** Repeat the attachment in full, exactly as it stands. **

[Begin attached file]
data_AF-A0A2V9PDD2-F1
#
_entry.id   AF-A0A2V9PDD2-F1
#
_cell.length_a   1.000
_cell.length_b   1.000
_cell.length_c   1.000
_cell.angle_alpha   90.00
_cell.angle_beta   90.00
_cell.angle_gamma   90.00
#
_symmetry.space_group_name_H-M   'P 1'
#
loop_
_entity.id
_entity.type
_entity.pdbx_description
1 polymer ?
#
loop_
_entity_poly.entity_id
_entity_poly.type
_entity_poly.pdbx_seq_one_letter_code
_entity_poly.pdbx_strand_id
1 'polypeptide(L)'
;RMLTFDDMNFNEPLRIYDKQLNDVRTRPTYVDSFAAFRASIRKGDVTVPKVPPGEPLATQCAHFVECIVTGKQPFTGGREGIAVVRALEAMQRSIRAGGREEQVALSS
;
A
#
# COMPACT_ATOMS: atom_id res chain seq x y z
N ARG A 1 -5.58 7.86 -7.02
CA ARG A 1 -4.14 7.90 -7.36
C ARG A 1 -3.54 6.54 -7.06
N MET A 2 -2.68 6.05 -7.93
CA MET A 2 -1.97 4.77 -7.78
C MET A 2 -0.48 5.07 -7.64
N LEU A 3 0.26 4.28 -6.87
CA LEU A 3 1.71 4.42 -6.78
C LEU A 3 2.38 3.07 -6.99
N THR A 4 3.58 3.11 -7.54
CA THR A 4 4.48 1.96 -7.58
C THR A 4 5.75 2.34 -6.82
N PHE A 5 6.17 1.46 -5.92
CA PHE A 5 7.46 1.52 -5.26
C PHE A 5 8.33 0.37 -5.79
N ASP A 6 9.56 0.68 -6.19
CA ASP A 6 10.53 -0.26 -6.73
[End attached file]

data_AF-A0A2V9PDD2-F1
#
_entry.id   AF-A0A2V9PDD2-F1
#
_cell.length_a   1.000
_cell.length_b   1.000
_cell.length_c   1.000
_cell.angle_alpha   90.00
_cell.angle_beta   90.00
_cell.angle_gamma   90.00
#
_symmetry.space_group_name_H-M   'P 1'
#
loop_
_entity.id
_entity.type
_entity.pdbx_description
1 polymer ?
#
loop_
_entity_poly.entity_id
_entity_poly.type
_entity_poly.pdbx_seq_one_letter_code
_entity_poly.pdbx_strand_id
1 'polypeptide(L)'
;RMLTFDDMNFNEPLRIYDKQLNDVRTRPTYVDSFAAFRASIRKGDVTVPKVPPGEPLATQCAHFVECIVTGKQPFTGGREGIAVVRALEAMQRSIRAGGREEQVALSS
;
A
#
# COMPACT_ATOMS: atom_id res chain seq x y z
N ARG A 1 -5.58 7.86 -7.02
CA ARG A 1 -4.14 7.90 -7.36
C ARG A 1 -3.54 6.54 -7.06
N MET A 2 -2.68 6.05 -7.93
CA MET A 2 -1.97 4.77 -7.78
C MET A 2 -0.48 5.07 -7.64
N LEU A 3 0.26 4.28 -6.87
CA LEU A 3 1.71 4.42 -6.78
C LEU A 3 2.38 3.07 -6.99
N THR A 4 3.58 3.11 -7.54
CA THR A 4 4.48 1.96 -7.58
C THR A 4 5.75 2.34 -6.82
N PHE A 5 6.17 1.46 -5.92
CA PHE A 5 7.46 1.52 -5.26
C PHE A 5 8.33 0.37 -5.79
N ASP A 6 9.56 0.68 -6.19
CA ASP A 6 10.53 -0.26 -6.73